scouts-l Mail Archive for August of 2000: Society Is To Blame
Anthony Mako (ajmako@NLS.NET
Mon Aug 07 2000 - 10:29:55 CDT
You have to understand three things before reading this:
1) This is mostly a rant, but discussion is welcome
2) The anger behind this rant wasn't created entirely by the subject of this
3) I personally believe in the primary mission of Scouting
Due to several circumstances mostly beyond our control, my troop was forced
to reschedule our summer camp at the last moment. We had scheduled camp for
the last week of June at another council's camp (the reasons were varied and
require a great deal of explanation, so I won't go into that here). Several
things happened before camp to cause us to reschedule camp to the second to
last week of July at our local council camp (Manatoc Scout Reservation).
I have attended summer camp at Manatoc for years. The first was 1974. The
last was 1988. I worked on camp staff for five years. Nearly everyone who
works for the council knows me pretty well (several current staff members
were Scouts when I was on staff). The reason I didn't attend summer camp
there for twelve years has nothing to do with local council politics or a
lack of confidence in the staff.
During those twelve years, Great Trail Council has worked hard to improve
the quality of the camp program by adding program elements, increasing
staffing, and concentrating on showing campers a good time without resorting
to the merit badge mill mentality (which it had in the mid- to late-70's). I
was, when the week was over, very impressed with the camp program.
My first impression of the camp caused a bit of concern. The staff was
generally helpful. Check-in on Sunday was a breeze. Dinner was great. And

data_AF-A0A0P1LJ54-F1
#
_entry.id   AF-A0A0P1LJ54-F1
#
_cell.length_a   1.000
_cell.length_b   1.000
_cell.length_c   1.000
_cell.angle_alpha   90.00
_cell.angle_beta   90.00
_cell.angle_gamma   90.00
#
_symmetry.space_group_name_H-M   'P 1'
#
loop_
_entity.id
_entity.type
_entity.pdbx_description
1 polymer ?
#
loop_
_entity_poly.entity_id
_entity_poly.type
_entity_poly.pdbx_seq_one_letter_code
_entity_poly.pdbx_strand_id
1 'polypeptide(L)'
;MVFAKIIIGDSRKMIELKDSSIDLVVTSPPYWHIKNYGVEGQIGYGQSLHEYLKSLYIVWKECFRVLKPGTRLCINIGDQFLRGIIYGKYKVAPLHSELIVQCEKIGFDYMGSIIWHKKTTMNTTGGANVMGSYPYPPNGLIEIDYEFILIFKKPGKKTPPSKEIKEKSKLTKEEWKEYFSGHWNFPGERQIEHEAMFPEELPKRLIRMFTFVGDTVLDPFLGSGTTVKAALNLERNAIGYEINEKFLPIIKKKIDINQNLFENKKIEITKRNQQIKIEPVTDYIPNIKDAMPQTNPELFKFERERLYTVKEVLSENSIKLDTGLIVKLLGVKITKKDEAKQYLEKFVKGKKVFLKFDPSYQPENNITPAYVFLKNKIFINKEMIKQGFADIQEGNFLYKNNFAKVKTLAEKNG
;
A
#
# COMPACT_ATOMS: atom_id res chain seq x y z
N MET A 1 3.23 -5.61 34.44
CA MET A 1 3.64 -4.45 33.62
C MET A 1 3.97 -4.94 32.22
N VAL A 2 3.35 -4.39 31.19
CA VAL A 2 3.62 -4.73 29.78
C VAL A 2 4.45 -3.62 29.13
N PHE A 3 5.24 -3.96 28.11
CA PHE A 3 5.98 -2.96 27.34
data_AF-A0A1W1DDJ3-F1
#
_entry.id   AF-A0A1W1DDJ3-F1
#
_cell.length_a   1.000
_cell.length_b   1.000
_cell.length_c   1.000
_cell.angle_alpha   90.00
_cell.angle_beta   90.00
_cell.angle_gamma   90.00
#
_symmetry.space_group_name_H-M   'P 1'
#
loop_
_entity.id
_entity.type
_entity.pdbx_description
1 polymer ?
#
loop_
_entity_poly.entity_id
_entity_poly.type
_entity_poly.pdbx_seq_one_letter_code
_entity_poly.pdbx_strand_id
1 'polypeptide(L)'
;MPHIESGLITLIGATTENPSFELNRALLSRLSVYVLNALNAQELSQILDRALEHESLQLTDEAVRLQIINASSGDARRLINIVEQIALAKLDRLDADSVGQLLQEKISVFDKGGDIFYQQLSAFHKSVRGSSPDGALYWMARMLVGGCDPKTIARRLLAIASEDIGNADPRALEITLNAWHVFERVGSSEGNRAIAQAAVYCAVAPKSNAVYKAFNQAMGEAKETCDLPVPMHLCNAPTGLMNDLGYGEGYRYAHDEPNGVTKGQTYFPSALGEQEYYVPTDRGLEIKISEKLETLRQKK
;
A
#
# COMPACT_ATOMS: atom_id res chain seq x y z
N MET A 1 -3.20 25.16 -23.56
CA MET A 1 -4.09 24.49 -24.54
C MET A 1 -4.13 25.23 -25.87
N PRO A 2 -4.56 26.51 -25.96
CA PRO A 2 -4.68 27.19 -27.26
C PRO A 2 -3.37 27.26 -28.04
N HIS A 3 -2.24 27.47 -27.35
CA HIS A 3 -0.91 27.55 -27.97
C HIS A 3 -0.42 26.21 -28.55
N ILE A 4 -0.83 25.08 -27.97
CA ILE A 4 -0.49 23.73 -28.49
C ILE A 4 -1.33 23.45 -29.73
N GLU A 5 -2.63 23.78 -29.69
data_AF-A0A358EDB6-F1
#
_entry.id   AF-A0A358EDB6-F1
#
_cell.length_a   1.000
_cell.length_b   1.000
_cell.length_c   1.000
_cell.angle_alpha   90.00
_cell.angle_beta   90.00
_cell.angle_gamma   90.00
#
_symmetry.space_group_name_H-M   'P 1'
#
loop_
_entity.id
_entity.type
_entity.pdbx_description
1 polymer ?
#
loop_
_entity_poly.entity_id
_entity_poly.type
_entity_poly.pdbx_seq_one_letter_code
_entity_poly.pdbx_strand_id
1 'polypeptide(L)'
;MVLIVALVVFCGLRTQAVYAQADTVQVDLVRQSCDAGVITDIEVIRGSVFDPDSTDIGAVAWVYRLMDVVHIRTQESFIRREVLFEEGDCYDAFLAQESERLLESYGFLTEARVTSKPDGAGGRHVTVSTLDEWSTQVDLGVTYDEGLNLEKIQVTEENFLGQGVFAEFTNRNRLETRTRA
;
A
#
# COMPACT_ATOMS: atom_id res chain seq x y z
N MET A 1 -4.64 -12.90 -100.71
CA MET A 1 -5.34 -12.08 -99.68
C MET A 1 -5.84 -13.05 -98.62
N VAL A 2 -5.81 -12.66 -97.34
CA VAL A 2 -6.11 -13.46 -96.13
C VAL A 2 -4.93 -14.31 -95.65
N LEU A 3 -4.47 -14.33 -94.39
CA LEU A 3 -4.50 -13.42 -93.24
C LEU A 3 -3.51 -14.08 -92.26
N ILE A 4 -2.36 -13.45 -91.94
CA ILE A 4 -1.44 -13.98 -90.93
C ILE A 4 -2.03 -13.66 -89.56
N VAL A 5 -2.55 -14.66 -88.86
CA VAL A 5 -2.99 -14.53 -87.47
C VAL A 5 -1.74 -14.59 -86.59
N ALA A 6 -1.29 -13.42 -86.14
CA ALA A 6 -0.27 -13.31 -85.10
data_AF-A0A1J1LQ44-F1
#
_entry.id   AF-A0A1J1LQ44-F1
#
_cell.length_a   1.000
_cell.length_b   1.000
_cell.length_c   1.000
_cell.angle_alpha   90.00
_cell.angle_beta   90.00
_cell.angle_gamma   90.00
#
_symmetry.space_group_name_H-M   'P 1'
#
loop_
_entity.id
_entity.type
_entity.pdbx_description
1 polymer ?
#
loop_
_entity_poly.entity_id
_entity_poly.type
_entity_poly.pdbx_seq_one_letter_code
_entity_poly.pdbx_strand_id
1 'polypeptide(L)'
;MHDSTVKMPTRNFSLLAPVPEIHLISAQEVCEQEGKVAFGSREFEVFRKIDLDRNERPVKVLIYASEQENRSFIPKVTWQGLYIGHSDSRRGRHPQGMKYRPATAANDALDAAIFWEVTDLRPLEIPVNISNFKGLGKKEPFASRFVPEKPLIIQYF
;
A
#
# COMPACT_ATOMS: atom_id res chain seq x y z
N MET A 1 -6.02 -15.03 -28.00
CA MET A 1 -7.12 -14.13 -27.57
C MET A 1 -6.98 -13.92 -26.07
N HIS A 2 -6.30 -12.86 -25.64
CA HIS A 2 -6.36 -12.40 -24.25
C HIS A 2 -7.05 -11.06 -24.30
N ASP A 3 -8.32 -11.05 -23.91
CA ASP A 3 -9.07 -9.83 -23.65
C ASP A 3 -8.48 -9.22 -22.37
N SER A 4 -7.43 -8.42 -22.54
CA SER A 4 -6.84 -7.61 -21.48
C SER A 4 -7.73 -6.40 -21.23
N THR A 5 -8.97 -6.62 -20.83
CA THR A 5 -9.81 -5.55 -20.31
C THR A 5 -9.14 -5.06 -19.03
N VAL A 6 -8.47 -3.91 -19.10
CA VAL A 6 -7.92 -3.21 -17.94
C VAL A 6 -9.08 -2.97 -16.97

the welcome campfire Sunday night was great, although it seemed short. There
was no Scoutmaster's meeting Sunday night, but there was an SPL meeting.
"Great," I thought. "They've finally figured out who really runs the troop."
Monday, however, was the first clue that everything wasn't a great as it
could be. Due to some glitch in the kitchen, Monday's breakfast was a cold
breakfast. According to my SA, it was frozen. He called it a "French
Toastcicle." As we walked back to camp, he commented that it was probably
the worst meal he'd ever had at Manatoc. My personal feeling was that it
ranked a distant second to 1983's "One Pancake Breakfast."
As the troop settled into the camp routine, my SA and I began our leisurly
strolls through camp and encountered the first of two major problems. We
walked a short trail between our campsite and the camp Trading Post on
Monday morning and picked up a considerable amount of trash. Another walk on
Monday afternoon, on a different trail, yeilded even more trash. It was
everywhere - on the trail, beside the trail, in the woods, in the ravines -
everywhere. And it was obvious trash.
We figured that the trash was a fluke. That it would improve as the week
went on, but by Tuesday afternoon it was obvious that someone, or something,
was replacing the trash as soon as we could pick it up. On Wednesday's SM
meeting, we mentioned the problem to the camp staff and were dumbfounded at
the response. In a nutshell - "Society is to blame; the racoons are too
smart; and Scout leaders should say something to their Scouts."
One of the constuctive solutions to the trash problem was instituting a
program that had often been used at Manatoc. It's called Pick-Up-And-Win.
Basically, it goes like this: 1) Pick up ten pieces of trash and take it to
the trading post and get a free slushy; 2) catch someone dropping trash, and
they have to buy you whatever it was they dropped. We were told that
Pick-Up-And-Win wouldn't work because "kids today are different; it would